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Am J Respir Cell Mol Biol. 1992 Nov;7(5):507-13.

Bronchial epithelial cell-derived cytokines (G-CSF and GM-CSF) promote the survival of peripheral blood neutrophils in vitro.

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  • 1Department of Pathology, McMaster University, Hamilton, Ontario, Canada.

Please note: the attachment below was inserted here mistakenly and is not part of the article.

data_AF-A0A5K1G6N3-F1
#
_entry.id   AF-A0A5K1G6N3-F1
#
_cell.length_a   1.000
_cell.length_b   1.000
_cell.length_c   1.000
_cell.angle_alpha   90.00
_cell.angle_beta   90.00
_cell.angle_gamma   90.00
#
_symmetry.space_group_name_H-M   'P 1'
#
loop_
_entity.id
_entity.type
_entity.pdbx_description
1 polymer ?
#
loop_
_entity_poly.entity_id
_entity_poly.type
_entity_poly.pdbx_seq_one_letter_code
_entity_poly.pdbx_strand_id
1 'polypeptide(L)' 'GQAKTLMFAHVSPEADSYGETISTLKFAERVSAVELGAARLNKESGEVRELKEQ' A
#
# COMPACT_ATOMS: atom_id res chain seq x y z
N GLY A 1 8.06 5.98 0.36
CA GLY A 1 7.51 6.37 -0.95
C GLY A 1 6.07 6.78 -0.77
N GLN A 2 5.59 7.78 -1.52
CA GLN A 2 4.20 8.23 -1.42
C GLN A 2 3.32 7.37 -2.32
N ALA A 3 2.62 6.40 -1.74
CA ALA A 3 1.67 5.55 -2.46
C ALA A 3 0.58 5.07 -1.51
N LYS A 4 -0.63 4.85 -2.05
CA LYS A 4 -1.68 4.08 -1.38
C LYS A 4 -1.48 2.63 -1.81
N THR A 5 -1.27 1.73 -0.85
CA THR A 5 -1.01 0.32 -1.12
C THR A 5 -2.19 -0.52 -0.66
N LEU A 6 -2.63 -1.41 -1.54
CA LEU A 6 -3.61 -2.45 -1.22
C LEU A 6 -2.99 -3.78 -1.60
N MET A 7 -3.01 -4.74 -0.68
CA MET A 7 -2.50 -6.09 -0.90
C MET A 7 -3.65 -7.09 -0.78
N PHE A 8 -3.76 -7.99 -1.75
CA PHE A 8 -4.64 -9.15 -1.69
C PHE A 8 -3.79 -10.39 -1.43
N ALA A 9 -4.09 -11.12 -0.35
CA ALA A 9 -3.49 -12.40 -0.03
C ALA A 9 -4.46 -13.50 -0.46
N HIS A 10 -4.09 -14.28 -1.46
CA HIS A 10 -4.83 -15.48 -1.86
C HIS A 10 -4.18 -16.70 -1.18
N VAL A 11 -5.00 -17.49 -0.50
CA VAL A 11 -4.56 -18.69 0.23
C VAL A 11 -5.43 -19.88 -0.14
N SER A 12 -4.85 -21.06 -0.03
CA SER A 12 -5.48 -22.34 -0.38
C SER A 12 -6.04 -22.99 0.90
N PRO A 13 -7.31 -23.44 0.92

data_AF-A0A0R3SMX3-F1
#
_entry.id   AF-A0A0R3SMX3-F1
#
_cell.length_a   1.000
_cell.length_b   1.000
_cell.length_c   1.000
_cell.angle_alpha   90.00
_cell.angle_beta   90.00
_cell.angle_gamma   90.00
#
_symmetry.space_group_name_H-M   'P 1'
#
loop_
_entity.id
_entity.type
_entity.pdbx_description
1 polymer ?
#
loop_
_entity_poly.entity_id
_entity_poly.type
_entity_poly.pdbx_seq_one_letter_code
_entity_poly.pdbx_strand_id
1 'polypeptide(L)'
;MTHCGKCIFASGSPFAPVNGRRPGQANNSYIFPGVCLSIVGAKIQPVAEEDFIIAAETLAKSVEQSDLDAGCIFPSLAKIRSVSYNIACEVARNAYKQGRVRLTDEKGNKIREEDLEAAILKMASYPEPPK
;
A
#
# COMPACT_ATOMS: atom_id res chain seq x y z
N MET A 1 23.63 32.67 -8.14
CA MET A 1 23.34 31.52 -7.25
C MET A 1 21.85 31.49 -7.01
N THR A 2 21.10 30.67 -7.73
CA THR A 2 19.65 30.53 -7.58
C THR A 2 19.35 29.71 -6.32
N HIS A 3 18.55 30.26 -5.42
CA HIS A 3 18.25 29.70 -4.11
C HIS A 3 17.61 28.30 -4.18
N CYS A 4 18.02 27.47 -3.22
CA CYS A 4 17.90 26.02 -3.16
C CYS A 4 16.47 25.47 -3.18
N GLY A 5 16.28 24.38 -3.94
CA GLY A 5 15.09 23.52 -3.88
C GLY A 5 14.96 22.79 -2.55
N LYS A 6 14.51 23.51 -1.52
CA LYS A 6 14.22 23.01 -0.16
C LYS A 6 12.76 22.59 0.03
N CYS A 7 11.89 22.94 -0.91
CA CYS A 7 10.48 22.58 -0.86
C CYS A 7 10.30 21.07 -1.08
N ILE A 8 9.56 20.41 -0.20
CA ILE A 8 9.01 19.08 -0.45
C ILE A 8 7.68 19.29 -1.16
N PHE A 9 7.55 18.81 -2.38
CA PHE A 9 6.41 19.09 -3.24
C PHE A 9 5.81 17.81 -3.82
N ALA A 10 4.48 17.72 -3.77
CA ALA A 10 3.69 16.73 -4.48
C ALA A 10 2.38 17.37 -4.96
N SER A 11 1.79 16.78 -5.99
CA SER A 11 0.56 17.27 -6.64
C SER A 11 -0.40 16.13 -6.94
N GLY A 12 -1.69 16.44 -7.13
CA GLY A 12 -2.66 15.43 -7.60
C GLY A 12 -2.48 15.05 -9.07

Neutrophil accumulation in the respiratory tract occurs in a variety of inflammatory disorders, particularly those associated with cigarette smoking. We examined whether bronchial epithelial cells could contribute to this accumulation through the production of factors that increased the survival of neutrophils. Pure primary cultures of human bronchial epithelial cells (HBEC) were used to generate conditioned medium (CM), and the effect of this CM on the survival of neutrophils in vitro was examined. When neutrophils were cultured in control medium, survival was 8.7 +/- 1.7% at 72 h. In contrast, culture of neutrophils in CM resulted in a dose-dependent increase in survival: 22.6 +/- 5.5, 43.6 +/- 4.2, and 64 +/- 3.8% in 1, 10, and 50% CM respectively (mean +/- SEM; P < 0.05). As evidenced by the examination of neutrophil DNA, this prolongation of survival was associated with suppression of apoptosis. Cytokines with known actions on neutrophil biology identified in the CM included granulocyte colony-stimulating factor (G-CSF), granulocyte/macrophage colony-stimulating factor (GM-CSF), and interleukin-8. Through the use of specific neutralizing antibodies, G-CSF and GM-CSF were identified as promoting neutrophil survival. Neutrophil survival was prolonged in the presence of either recombinant human (rh) G-CSF or rhGM-CSF alone in a dose-dependent fashion. In contrast to the response of eosinophils to HBEC-CM, steroid treatment did not prevent the increase in neutrophil survival induced by HBEC-CM. In summary, we show that bronchial epithelial cells markedly increase the survival of human neutrophils in vitro via the release of G-CSF and GM-CSF.(ABSTRACT TRUNCATED AT 250 WORDS)

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